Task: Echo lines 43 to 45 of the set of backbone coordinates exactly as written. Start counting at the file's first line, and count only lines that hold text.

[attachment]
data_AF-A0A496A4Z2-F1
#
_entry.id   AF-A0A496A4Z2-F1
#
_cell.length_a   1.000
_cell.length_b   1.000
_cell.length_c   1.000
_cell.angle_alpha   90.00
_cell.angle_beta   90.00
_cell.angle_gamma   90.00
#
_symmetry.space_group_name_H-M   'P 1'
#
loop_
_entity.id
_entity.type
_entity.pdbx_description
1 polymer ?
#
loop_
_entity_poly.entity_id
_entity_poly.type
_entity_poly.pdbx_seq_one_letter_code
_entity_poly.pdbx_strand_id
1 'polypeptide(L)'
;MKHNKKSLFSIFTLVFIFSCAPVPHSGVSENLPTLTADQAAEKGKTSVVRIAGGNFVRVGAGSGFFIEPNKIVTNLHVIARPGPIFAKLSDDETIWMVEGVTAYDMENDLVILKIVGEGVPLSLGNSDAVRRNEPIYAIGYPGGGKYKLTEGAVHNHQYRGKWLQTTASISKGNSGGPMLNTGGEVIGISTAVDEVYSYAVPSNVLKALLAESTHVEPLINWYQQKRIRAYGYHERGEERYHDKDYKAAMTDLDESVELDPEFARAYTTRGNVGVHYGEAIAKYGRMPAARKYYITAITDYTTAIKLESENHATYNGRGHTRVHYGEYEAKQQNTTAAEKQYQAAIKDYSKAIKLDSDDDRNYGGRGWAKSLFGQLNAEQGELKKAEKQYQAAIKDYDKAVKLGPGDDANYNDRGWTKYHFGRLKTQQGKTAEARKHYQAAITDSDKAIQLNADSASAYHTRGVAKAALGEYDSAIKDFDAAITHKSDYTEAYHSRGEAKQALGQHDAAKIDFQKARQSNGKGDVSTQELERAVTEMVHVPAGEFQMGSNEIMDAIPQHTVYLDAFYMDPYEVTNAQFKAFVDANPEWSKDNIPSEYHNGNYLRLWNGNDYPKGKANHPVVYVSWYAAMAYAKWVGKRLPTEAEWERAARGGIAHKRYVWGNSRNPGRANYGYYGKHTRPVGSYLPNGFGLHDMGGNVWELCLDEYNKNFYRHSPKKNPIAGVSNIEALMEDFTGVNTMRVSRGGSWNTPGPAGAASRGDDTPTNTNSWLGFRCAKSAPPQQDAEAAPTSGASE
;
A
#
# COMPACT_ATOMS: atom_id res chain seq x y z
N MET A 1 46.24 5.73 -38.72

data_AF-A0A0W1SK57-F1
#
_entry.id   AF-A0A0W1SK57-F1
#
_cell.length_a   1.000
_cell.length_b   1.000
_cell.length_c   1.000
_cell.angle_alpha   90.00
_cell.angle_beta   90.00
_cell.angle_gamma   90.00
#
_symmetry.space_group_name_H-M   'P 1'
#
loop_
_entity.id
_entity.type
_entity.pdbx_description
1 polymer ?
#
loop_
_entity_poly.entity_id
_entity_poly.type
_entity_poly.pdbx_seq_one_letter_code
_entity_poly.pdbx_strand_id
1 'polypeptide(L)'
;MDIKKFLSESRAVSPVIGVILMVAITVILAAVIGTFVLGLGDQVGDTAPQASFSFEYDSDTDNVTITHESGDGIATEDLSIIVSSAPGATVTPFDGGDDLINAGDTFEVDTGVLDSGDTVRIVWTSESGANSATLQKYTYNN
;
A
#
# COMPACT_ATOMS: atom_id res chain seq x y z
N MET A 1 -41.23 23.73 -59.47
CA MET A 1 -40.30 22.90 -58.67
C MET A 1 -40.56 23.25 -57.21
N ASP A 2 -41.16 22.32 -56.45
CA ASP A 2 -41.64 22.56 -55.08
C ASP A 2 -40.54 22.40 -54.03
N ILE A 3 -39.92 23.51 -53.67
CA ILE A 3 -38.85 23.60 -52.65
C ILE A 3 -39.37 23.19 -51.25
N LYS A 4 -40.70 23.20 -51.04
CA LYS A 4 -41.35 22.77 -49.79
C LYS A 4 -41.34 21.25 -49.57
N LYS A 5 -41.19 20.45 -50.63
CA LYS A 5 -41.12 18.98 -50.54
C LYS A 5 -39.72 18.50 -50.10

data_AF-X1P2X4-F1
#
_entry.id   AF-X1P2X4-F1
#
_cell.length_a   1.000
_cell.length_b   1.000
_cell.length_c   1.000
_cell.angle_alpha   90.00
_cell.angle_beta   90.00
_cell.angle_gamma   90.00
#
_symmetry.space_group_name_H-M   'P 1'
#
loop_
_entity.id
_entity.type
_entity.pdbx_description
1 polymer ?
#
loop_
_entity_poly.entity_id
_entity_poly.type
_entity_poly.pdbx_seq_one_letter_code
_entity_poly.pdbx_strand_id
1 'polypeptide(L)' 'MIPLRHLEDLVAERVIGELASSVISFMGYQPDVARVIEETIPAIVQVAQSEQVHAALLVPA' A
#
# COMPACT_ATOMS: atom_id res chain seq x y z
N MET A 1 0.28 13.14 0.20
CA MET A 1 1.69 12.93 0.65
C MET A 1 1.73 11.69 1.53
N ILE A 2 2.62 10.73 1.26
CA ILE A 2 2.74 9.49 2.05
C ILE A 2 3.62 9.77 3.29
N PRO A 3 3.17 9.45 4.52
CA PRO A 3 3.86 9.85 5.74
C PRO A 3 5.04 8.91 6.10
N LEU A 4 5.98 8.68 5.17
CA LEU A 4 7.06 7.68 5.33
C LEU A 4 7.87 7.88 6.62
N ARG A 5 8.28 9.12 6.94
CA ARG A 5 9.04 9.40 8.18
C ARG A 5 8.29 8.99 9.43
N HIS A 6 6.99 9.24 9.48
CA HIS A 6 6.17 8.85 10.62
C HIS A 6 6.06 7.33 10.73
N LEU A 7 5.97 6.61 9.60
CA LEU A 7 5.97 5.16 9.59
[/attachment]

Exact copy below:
_symmetry.space_group_name_H-M   'P 1'
#
loop_